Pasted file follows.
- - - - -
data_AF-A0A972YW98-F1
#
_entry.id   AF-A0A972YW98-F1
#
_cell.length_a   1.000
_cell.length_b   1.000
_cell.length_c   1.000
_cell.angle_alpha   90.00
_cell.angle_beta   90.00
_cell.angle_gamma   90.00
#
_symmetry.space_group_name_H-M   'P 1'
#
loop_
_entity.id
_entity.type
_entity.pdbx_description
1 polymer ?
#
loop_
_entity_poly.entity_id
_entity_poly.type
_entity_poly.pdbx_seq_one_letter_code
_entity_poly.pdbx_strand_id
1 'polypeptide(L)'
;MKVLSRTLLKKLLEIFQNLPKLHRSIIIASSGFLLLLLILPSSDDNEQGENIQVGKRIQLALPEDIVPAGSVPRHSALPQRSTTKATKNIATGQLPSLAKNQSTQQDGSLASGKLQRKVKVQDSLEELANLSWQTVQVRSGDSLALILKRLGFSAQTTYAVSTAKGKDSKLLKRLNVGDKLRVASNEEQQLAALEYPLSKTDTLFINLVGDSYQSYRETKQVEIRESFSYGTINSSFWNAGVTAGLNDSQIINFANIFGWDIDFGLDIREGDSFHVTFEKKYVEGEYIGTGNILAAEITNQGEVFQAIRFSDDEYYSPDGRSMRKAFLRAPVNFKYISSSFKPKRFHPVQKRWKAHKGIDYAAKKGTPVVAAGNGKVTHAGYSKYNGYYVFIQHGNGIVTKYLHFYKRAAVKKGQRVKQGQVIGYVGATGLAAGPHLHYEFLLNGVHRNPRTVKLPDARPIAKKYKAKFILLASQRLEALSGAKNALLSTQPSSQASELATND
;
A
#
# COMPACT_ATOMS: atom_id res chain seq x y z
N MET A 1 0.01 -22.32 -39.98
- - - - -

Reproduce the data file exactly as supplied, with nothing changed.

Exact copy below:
data_AF-A0A972YW98-F1
#
_entry.id   AF-A0A972YW98-F1
#
_cell.length_a   1.000
_cell.length_b   1.000
_cell.length_c   1.000
_cell.angle_alpha   90.00
_cell.angle_beta   90.00
_cell.angle_gamma   90.00
#
_symmetry.space_group_name_H-M   'P 1'
#
loop_
_entity.id
_entity.type
_entity.pdbx_description
1 polymer ?
#
loop_
_entity_poly.entity_id
_entity_poly.type
_entity_poly.pdbx_seq_one_letter_code
_entity_poly.pdbx_strand_id
1 'polypeptide(L)'
;MKVLSRTLLKKLLEIFQNLPKLHRSIIIASSGFLLLLLILPSSDDNEQGENIQVGKRIQLALPEDIVPAGSVPRHSALPQRSTTKATKNIATGQLPSLAKNQSTQQDGSLASGKLQRKVKVQDSLEELANLSWQTVQVRSGDSLALILKRLGFSAQTTYAVSTAKGKDSKLLKRLNVGDKLRVASNEEQQLAALEYPLSKTDTLFINLVGDSYQSYRETKQVEIRESFSYGTINSSFWNAGVTAGLNDSQIINFANIFGWDIDFGLDIREGDSFHVTFEKKYVEGEYIGTGNILAAEITNQGEVFQAIRFSDDEYYSPDGRSMRKAFLRAPVNFKYISSSFKPKRFHPVQKRWKAHKGIDYAAKKGTPVVAAGNGKVTHAGYSKYNGYYVFIQHGNGIVTKYLHFYKRAAVKKGQRVKQGQVIGYVGATGLAAGPHLHYEFLLNGVHRNPRTVKLPDARPIAKKYKAKFILLASQRLEALSGAKNALLSTQPSSQASELATND
;
A
#
# COMPACT_ATOMS: atom_id res chain seq x y z
N MET A 1 0.01 -22.32 -39.98